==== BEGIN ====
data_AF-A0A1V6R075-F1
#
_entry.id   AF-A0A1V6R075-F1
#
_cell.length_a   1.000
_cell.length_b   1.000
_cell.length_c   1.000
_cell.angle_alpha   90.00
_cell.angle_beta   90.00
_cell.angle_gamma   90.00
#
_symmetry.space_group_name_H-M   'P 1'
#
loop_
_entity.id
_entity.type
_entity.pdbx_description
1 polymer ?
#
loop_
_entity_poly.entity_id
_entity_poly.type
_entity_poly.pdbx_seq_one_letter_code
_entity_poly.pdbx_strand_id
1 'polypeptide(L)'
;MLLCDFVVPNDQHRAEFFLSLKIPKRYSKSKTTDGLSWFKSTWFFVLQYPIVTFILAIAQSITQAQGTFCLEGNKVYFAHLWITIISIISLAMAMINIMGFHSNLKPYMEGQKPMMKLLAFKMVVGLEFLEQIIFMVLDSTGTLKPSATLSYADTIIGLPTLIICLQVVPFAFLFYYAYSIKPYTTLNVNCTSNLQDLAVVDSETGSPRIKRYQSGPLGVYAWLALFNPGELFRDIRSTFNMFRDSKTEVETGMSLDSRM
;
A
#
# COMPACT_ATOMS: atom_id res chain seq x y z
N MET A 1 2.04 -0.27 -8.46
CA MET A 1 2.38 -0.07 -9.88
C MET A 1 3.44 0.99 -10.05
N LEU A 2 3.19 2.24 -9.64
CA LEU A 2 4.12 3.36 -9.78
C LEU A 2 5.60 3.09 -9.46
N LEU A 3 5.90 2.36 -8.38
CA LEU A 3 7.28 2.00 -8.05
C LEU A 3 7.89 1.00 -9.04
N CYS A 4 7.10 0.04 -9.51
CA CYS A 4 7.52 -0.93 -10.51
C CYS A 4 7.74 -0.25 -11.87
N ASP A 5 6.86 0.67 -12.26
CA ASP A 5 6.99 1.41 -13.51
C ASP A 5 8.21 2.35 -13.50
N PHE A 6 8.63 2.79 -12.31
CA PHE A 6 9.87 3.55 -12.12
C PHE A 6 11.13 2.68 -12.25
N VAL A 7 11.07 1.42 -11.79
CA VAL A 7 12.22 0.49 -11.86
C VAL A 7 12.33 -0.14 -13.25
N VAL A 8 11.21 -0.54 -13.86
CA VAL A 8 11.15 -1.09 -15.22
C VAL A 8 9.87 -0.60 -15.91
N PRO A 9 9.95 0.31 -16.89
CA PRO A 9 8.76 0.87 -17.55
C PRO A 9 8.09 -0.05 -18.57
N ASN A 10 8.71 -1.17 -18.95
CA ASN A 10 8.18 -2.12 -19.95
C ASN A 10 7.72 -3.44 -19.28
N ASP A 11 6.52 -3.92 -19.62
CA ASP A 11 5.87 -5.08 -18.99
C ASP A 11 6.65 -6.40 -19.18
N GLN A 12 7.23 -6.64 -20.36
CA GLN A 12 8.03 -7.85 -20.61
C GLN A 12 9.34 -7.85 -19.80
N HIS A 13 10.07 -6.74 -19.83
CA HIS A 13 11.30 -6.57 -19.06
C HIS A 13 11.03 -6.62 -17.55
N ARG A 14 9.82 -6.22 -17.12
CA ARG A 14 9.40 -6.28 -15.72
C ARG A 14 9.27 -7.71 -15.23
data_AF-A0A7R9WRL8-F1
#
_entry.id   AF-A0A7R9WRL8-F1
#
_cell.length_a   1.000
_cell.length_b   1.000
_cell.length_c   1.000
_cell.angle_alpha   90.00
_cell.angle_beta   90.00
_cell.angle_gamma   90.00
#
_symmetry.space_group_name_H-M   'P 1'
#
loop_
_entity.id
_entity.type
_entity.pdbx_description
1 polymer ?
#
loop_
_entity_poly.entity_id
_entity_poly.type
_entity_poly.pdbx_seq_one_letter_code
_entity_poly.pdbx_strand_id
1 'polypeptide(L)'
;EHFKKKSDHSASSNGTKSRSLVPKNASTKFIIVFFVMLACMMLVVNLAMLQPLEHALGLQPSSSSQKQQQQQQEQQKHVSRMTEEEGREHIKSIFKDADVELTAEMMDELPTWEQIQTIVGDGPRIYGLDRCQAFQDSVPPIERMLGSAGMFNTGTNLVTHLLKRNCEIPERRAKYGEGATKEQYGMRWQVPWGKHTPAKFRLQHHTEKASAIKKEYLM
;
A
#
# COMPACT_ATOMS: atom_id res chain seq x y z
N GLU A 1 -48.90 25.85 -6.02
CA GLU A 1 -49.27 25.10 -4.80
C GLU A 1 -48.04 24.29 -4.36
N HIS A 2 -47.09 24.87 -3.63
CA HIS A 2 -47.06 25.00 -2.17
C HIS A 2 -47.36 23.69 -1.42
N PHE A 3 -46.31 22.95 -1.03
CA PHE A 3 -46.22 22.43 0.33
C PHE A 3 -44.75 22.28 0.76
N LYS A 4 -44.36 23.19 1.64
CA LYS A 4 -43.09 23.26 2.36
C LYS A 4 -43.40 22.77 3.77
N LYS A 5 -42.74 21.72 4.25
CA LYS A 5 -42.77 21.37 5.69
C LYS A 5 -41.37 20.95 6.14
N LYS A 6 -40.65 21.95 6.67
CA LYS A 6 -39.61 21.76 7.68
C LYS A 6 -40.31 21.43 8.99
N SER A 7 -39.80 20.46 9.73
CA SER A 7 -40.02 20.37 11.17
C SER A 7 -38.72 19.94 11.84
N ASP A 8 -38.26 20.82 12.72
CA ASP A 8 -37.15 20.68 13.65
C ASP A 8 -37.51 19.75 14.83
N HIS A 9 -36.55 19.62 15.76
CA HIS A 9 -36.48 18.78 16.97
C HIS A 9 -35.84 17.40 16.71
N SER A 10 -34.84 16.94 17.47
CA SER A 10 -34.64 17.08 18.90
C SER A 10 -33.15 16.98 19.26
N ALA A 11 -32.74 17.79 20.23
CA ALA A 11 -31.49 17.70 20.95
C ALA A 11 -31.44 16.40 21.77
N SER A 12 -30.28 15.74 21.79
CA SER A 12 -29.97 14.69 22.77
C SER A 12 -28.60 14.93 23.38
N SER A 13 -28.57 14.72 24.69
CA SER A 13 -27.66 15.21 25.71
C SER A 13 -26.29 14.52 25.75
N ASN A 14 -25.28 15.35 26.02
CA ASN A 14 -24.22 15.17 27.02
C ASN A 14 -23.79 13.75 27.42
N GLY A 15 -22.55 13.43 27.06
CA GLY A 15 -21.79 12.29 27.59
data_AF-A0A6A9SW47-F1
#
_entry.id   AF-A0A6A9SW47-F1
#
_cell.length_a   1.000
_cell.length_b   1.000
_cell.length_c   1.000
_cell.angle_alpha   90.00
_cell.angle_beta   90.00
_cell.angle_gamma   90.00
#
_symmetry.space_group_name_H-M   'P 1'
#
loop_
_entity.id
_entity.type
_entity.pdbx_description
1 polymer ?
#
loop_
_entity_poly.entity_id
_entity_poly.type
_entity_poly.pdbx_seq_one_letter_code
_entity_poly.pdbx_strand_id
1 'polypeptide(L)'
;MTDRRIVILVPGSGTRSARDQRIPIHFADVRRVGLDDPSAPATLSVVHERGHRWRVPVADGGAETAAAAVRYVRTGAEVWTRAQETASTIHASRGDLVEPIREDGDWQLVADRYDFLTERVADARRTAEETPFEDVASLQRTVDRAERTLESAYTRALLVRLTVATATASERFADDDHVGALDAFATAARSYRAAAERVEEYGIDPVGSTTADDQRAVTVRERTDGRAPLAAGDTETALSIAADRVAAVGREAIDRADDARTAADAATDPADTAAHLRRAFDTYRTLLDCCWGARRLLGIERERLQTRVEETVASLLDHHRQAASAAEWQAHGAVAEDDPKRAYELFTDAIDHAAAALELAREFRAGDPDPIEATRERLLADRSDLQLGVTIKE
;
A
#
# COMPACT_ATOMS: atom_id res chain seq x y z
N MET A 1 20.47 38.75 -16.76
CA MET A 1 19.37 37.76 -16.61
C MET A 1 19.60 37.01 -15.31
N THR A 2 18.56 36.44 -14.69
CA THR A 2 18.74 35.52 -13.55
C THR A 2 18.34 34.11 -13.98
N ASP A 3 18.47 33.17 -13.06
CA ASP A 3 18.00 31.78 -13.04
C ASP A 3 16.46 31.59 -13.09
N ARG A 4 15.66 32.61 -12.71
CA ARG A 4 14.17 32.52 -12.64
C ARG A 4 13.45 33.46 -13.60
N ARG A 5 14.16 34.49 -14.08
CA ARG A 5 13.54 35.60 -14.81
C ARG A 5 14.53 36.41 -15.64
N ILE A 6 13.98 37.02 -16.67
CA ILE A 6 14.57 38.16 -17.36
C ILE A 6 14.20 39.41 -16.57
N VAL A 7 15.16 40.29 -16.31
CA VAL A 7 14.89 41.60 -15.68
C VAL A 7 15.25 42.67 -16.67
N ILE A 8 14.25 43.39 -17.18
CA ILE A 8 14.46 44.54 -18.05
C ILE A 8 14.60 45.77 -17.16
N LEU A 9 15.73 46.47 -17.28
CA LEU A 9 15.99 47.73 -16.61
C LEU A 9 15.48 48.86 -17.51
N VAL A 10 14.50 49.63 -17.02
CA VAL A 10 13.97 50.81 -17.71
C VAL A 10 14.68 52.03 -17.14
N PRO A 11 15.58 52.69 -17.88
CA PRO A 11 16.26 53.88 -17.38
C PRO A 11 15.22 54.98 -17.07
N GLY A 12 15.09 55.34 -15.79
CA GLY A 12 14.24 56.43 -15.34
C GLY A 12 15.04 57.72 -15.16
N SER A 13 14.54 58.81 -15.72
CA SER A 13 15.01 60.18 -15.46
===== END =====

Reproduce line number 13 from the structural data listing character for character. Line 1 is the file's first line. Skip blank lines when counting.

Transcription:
#